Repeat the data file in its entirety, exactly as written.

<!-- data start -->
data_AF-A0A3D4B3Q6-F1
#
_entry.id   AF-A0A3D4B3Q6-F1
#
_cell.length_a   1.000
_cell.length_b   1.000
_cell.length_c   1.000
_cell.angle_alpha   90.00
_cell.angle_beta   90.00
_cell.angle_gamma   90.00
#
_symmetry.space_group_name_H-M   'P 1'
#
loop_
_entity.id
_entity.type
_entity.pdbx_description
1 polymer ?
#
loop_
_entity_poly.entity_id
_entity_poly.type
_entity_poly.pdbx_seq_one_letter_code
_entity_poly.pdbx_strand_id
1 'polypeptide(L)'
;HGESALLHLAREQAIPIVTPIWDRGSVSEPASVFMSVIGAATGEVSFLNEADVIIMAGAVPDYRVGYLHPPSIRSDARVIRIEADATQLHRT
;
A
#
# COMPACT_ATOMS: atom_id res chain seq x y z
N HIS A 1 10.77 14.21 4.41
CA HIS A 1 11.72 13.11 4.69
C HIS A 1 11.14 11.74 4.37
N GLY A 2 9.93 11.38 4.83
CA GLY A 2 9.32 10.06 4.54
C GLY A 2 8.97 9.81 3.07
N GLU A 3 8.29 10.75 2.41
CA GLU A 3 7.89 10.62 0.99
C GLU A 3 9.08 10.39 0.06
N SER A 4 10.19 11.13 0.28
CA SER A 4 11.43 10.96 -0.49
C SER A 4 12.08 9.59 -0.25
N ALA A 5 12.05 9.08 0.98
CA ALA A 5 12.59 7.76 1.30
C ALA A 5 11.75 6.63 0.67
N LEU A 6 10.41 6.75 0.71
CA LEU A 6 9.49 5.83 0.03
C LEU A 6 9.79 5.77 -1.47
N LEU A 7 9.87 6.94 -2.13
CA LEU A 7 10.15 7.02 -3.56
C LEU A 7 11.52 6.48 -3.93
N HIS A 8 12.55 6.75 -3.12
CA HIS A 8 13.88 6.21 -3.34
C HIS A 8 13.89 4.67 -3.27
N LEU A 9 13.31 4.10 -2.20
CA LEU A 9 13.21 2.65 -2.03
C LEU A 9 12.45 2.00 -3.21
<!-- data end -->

data_AF-A0A3D4B3Q6-F1
#
_entry.id   AF-A0A3D4B3Q6-F1
#
_cell.length_a   1.000
_cell.length_b   1.000
_cell.length_c   1.000
_cell.angle_alpha   90.00
_cell.angle_beta   90.00
_cell.angle_gamma   90.00
#
_symmetry.space_group_name_H-M   'P 1'
#
loop_
_entity.id
_entity.type
_entity.pdbx_description
1 polymer ?
#
loop_
_entity_poly.entity_id
_entity_poly.type
_entity_poly.pdbx_seq_one_letter_code
_entity_poly.pdbx_strand_id
1 'polypeptide(L)'
;HGESALLHLAREQAIPIVTPIWDRGSVSEPASVFMSVIGAATGEVSFLNEADVIIMAGAVPDYRVGYLHPPSIRSDARVIRIEADATQLHRT
;
A
#
# COMPACT_ATOMS: atom_id res chain seq x y z
N HIS A 1 10.77 14.21 4.41
CA HIS A 1 11.72 13.11 4.69
C HIS A 1 11.14 11.74 4.37
N GLY A 2 9.93 11.38 4.83
CA GLY A 2 9.32 10.06 4.54
C GLY A 2 8.97 9.81 3.07
N GLU A 3 8.29 10.75 2.41
CA GLU A 3 7.89 10.62 0.99
C GLU A 3 9.08 10.39 0.06
N SER A 4 10.19 11.13 0.28
CA SER A 4 11.43 10.96 -0.49
C SER A 4 12.08 9.59 -0.25
N ALA A 5 12.05 9.08 0.98
CA ALA A 5 12.59 7.76 1.30
C ALA A 5 11.75 6.63 0.67
N LEU A 6 10.41 6.75 0.71
CA LEU A 6 9.49 5.83 0.03
C LEU A 6 9.79 5.77 -1.47
N LEU A 7 9.87 6.94 -2.13
CA LEU A 7 10.15 7.02 -3.56
C LEU A 7 11.52 6.48 -3.93
N HIS A 8 12.55 6.75 -3.12
CA HIS A 8 13.88 6.21 -3.34
C HIS A 8 13.89 4.67 -3.27
N LEU A 9 13.31 4.10 -2.20
CA LEU A 9 13.21 2.65 -2.03
C LEU A 9 12.45 2.00 -3.21